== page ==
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MIKEY101DOH (Mechanical) (OP)
6 Jul 09 8:30
i often see valves specified with 16 bar max working pressure and 24 bar design pressure.
Max working pressure is self explanatory but what exactly is meant by design pressure
Helpful Member!  JimCasey (Mechanical)
7 Jul 09 16:11
Design pressure is the maximum that can happen.  You "design" to that so that if it does happen no damage will occur.  then you actually "operate" at something less.  

This avoids the possibility of a nice bronze memorial plaque next to a crater. Plaque inscription: "Site of the great plant disaster of '09.  It was Mikey's fault."
Helpful Member!  gerhardl (Mechanical)
8 Jul 09 4:19

...and to comment further on the actual pressures you mention:

16 bar operating pressure is the value you are allowed to operate with a EN PN16 pressure class valve. This pressure class is normally tested with a body pressure of 24 bars, valve open, and with 1,1 x 16 = 17,6 bar for seat tightness.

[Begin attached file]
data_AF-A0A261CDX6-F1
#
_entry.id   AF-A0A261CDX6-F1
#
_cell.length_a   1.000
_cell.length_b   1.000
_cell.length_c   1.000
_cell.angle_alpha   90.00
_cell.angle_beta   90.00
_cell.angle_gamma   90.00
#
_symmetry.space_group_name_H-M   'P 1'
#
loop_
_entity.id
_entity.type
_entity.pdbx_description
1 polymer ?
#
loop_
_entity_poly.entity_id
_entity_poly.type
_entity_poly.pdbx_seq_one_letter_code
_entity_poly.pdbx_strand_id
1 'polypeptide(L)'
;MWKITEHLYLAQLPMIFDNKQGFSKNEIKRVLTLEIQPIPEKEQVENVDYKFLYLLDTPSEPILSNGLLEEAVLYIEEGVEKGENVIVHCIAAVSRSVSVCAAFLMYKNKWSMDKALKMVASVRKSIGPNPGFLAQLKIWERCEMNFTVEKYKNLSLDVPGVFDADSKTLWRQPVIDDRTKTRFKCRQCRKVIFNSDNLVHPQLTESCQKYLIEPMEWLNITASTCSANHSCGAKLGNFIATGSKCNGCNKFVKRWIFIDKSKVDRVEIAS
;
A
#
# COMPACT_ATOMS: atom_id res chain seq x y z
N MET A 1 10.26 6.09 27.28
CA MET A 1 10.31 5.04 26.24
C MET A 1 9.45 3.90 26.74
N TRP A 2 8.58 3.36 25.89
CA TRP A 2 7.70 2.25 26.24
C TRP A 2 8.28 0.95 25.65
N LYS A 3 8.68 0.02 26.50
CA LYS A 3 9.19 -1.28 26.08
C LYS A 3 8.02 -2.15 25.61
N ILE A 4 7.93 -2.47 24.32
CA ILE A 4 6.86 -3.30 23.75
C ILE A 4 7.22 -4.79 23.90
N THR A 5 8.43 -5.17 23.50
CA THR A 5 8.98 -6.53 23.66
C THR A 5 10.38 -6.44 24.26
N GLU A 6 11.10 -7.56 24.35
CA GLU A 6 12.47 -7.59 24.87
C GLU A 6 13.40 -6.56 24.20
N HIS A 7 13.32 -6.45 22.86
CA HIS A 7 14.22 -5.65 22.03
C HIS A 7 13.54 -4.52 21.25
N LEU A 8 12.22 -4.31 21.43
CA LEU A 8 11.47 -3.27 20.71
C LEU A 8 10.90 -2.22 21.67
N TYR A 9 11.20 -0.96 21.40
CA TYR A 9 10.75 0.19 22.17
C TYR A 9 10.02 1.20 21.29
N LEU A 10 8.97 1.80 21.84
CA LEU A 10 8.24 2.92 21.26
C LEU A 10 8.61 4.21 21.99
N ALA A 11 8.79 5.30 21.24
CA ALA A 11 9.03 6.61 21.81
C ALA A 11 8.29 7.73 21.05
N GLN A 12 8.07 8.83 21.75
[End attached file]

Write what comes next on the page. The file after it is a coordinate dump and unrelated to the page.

BUT: with a DESEIGN pressure of 25 bar it is indicated as Jim says, that 'nothing happens' at 25 bar, and you have to use the pressure class above, EN PN 25. EN PN25 is tested for body at 37,5 bar and seat thightness of 27,5 bar, allowing a normal occuring pressure up to 25 bar.

Compare with your car-tires. You do not have to drive 210km/h all the time even if your tires are designed for it, but you can do so , and it will be at a risk to do so with tires designed for lower speeds. It is illegal to mount tires with lower design speed on a car than what the car is built/designed for.

Many engineers believe that the test pressure can be used as the maximum normal pressure, but this is a safety margin.

The EN norm has a varied description and definition of the different pressures occuring and a detailed explanation of what is allowed on operating pressures, pressure peaks etc.  

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